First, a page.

By Sarah Cornwell
A Reading from Daniel 3:1-18
1 King Nebuchadnezzar made a golden statue whose height was sixty cubits and whose width was six cubits; he set it up on the plain of Dura in the province of Babylon. 2 Then King Nebuchadnezzar sent for the satraps, the prefects, and the governors, the counsellors, the treasurers, the justices, the magistrates, and all the officials of the provinces, to assemble and come to the dedication of the statue that King Nebuchadnezzar had set up. 3 So the satraps, the prefects, and the governors, the counsellors, the treasurers, the justices, the magistrates, and all the officials of the provinces, assembled for the dedication of the statue that King Nebuchadnezzar had set up. When they were standing before the statue that Nebuchadnezzar had set up, 4 the herald proclaimed aloud, “You are commanded, O peoples, nations, and languages, 5 that when you hear the sound of the horn, pipe, lyre, trigon, harp, drum, and entire musical ensemble, you are to fall down and worship the golden statue that King Nebuchadnezzar has set up. 6 Whoever does not fall down and worship shall immediately be thrown into a furnace of blazing fire.” 7 Therefore, as soon as all the peoples heard the sound of the horn, pipe, lyre, trigon, harp, drum, and entire musical ensemble, all the peoples, nations, and languages fell down and worshipped the golden statue that King Nebuchadnezzar had set up.
8 Accordingly, at this time certain Chaldeans came forward and denounced the Jews. 9 They said to King Nebuchadnezzar, “O king, live for ever! 10 You, O king, have made a decree, that everyone who hears the sound of the horn, pipe, lyre, trigon, harp, drum, and entire musical ensemble, shall fall down and worship the golden statue, 11 and whoever does not fall down and worship shall be thrown into a furnace of blazing fire. 12 There are certain Jews whom you have appointed over the affairs of the province of Babylon: Shadrach, Meshach, and Abednego. These pay no heed to you, O king. They do not serve your gods and they do not worship the golden statue that you have set up.”
13 Then Nebuchadnezzar in furious rage commanded that Shadrach, Meshach, and Abednego be brought in; so they brought those men before the king. 14 Nebuchadnezzar said to them, “Is it true, O Shadrach, Meshach, and Abednego, that you do not serve my gods and you do not worship the golden statue that I have set up? 15 Now if you are ready when you hear the sound of the horn, pipe, lyre, trigon, harp, drum, and entire musical ensemble to fall down and worship the statue that I have made, well and good. But if you do not worship, you shall immediately be thrown into a furnace of blazing fire, and who is the god that will deliver you out of my hands?”
16 Shadrach, Meshach, and Abednego answered the king, “O Nebuchadnezzar, we have no need to present a defence to you in this matter. 17 If our God whom we serve is able to deliver us from the furnace of blazing fire and out of your hand, O king, let him deliver us. 18 But if not, be it known to you, O king, that we will not serve your gods and we will not worship the golden statue that you have set up.”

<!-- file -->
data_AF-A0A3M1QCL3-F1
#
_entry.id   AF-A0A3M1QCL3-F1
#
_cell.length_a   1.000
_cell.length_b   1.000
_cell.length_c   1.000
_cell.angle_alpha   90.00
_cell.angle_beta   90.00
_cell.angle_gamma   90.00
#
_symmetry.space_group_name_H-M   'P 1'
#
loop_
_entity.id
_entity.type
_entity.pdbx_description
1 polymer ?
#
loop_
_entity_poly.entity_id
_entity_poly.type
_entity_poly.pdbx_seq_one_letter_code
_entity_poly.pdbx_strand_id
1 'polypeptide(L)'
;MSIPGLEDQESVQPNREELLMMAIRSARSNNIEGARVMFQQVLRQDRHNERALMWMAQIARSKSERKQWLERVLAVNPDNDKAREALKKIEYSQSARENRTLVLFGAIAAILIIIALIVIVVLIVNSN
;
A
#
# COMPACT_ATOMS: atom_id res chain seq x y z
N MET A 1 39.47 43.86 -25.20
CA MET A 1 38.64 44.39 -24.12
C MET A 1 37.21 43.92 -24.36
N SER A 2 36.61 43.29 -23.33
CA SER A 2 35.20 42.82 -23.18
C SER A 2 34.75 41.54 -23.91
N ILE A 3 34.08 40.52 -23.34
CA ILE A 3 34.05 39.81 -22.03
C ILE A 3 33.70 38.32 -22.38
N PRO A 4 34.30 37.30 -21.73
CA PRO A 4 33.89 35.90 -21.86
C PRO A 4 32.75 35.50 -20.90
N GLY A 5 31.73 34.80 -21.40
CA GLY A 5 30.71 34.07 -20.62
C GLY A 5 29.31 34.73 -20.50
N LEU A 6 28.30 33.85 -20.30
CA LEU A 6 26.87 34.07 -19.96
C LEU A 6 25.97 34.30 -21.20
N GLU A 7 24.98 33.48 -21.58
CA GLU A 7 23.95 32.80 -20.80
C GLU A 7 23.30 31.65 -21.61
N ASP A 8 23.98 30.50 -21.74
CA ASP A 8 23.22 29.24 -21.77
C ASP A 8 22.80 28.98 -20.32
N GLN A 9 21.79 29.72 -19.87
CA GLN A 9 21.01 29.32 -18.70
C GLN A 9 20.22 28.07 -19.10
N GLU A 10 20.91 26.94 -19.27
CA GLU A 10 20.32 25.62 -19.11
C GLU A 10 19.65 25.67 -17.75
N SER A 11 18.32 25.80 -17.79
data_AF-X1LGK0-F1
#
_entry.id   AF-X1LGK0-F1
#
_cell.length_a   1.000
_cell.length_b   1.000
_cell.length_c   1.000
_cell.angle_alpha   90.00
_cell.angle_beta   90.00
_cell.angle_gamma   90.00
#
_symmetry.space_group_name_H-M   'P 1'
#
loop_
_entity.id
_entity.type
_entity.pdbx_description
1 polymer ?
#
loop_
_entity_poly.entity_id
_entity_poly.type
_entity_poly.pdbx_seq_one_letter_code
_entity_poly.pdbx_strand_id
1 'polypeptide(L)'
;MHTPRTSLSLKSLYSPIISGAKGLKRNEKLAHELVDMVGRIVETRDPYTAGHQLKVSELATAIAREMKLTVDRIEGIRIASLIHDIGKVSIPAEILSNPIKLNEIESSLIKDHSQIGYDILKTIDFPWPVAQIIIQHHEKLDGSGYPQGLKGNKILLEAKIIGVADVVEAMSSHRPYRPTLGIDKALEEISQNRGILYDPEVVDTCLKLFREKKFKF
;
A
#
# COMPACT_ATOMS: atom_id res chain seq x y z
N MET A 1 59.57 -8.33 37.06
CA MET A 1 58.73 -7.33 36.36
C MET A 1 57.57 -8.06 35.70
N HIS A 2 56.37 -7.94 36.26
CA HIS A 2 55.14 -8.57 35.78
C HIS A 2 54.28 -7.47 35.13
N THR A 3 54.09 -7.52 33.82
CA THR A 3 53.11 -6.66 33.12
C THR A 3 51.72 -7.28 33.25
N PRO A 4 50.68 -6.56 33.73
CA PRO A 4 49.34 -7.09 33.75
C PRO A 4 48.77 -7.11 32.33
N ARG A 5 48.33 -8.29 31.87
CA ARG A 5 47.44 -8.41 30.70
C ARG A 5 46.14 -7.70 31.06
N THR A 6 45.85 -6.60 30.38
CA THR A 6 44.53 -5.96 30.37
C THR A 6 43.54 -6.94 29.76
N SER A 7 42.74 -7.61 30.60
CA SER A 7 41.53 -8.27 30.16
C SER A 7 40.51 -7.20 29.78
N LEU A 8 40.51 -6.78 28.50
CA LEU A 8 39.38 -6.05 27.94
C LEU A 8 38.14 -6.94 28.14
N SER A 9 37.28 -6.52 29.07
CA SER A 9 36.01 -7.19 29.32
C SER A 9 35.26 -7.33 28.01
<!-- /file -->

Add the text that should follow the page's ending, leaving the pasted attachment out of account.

In my church growing up, our Great Vigil of Easter service would start at 10 p.m., end close to 1 a.m., and then we would have a big celebration afterwards that heavily emphasized dessert. A particular highlight of the service was this reading from Daniel, during which the reader would take a little creative license. The children, or the young at heart, were given kazoos, and anytime the name King Nebuchadnezzar was read, we would give him a little “doot-da-da-doo” fanfare. This was by far my favorite night of the year, and even now, as an adult, it still is, though with fewer kazoos and less dessert.
Over the years, I have thought back critically on this treatment of Daniel. Isn’t the use of the kazoo sacreligious? At first, I thought, yes. But now I have come to believe that self-importance and idolatry are ridiculous pursuits and therefore deserving of ridicule. In fact, it may very well be that there is no better tool for calling attention to and derisively dismissing self-importance than the kazoo.
King Nebuchadnezzar commands that everyone must worship his image, and like dogs trained by whistles, his people fall down and worship upon hearing the sounding of a particular set of instruments. As in any age, we live in a time of great idolatry, with many self-important people from kings, to elected officials and various leaders, public intellectuals, media personalities and celebrities, right on down to petty bosses and the playground bully. And they command that at certain signals we must fall to our knees in the correct manner and worship. If we are going to continue to find ourselves in the position of being compelled to place a person, a political position, or some other cause above our worship of the one true God, perhaps it would be prudent to invest in a kazoo and to give it a nice, loud “doot-da-da-doo” every time idolatry is commanded of God’s people.
Sarah Cornwell is a laywoman, ballet teacher, and an associate of the Eastern Province of the Community of St. Mary. She and her husband have six children and they live in the Hudson Valley north of New York City.
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